There was an army colonel who was the gynecologist, and he was the person authorizing these hysterectomies. To my mind actually in the beginning one of the most disturbing things was the medical staff. And interesting enough, its amazing, its a reflection on how an environment changes people. Some of the staff that worked in that place, in Durham, in the beginning, actually became better people by the end of it, as the circumstances changed in the prison. They knew they had to budge, they knew they had to move, and something in them responded to having to behave better towards some of the prisoners who were very very mentally disturbed. The last year before we left, we went to the system and said, "Look, every second cell here has someone in it whos either cutting up at nighttime, trying to commit suicide, not perhaps totally serious attempts, in deep depression, on tranquilizers, on something, very depressed." We counted the ones we reckoned were all right, and we reckoned we were OK. We were OK, we were still alive. So we were trying to point out: "We cant cope with 9 nine years of this, of trying to be surrounded by this." So we said, "Youre gonna have to deal with this." And all the medical staff called a meeting. They had to take on board that the women needed counseling. And we were able to juggle their minds just a little bit to remind them how prisoners were being treated when we came in first, not least ourselves.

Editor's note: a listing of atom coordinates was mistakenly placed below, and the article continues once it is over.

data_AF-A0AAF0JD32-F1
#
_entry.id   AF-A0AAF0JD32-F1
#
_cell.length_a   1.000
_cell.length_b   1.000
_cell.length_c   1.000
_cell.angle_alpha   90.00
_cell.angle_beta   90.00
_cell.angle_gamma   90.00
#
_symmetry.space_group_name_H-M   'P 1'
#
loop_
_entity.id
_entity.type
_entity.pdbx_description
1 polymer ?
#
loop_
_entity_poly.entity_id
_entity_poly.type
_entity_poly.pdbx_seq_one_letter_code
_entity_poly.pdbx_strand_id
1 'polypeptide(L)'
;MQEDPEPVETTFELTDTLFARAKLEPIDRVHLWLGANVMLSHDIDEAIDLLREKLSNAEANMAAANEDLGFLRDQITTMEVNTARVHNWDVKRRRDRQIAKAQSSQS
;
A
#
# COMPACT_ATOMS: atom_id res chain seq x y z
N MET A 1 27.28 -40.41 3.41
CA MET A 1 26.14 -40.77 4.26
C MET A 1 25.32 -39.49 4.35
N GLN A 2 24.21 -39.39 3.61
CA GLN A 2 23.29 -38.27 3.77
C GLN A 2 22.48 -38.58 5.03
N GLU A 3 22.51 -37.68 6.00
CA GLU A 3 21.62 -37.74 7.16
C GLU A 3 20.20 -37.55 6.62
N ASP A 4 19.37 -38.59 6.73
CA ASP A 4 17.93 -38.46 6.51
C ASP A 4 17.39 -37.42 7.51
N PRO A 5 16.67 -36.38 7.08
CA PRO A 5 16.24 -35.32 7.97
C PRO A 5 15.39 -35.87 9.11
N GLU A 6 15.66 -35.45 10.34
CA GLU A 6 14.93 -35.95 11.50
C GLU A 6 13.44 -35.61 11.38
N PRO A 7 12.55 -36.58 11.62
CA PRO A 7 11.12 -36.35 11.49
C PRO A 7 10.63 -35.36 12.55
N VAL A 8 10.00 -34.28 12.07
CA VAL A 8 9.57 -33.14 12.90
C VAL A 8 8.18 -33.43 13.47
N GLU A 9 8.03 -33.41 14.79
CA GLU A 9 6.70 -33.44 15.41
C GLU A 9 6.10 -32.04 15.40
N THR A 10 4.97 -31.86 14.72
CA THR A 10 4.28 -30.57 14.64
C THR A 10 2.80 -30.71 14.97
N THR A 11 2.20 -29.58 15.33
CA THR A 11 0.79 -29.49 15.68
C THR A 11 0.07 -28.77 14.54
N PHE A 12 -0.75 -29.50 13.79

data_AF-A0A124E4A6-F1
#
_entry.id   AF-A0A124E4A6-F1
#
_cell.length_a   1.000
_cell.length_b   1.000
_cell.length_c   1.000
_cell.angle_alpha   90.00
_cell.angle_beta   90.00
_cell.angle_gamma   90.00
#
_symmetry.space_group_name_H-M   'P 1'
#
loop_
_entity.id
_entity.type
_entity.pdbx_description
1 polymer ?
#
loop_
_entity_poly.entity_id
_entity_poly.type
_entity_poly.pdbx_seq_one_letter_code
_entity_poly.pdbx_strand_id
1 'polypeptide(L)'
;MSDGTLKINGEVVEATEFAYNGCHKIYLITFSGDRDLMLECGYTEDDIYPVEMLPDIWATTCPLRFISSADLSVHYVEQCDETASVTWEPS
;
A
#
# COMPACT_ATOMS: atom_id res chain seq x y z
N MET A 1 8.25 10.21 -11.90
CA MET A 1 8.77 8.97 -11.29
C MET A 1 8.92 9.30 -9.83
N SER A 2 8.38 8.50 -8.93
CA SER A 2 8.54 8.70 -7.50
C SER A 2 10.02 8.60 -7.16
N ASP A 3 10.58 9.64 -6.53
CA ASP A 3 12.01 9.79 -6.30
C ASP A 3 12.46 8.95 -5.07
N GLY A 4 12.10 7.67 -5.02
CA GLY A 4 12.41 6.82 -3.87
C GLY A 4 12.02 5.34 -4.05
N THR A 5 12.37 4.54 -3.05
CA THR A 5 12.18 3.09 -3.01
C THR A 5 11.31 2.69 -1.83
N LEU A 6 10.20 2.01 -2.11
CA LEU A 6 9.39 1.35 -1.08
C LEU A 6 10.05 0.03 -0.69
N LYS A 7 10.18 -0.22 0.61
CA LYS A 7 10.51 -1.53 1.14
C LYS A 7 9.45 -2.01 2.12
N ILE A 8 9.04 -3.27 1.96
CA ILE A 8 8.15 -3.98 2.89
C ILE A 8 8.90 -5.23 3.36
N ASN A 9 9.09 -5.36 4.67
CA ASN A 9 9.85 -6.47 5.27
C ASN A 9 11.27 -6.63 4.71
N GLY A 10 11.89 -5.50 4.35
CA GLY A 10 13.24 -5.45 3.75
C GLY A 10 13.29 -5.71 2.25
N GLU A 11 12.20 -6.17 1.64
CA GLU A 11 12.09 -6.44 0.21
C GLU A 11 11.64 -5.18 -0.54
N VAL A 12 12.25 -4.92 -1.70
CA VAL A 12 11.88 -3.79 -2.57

All they had to do was reflect just slightly to remember what that place was like when we came in first and how people were treated in it. It was seriously bad treatment, very very seriously bad treatment. There was a girl there -- she came in at 17 for something she and two codefendants were charged with, a serious enough offense, but the other two codefendants were probably on the way out and she wouldve been in twice that long because of the way the prison handled her. She was a youngster really, 17, who fought the system, who ended up on constant solitary confinement over a period of years, in and out, in and out, knew nothing else, didnt know how to cope with surviving in prison, other than to disobey everything and break all the rules, knew nothing else at all, knew no way forward, didnt grow out of that cul-de-sac of a 17 year old. And she was probably driven over the edge by it and thats the way they handled people. They knew what they were doing, they were medical people. They knew that they were driving very seriously disturbed people into very serious states of bad health. So thats not just for the sake of digging up an ugly part of prison history and to point that out -- its also to reflect on the fact that when circumstances in the prison became better and they had to treat people a little bit better, they improved with it. And the ones who couldnt cope with that change left, or withdrew to another part of the prison. Some of them actually began to develop kindly signs towards the prisoners, patience with the prisoners, theyd maybe sit and talk with them, which was nice to see. It was nice to see that sort of development, that people can improve with an overall circumstance as well. So it was good.
MT: When did you go back to get your education?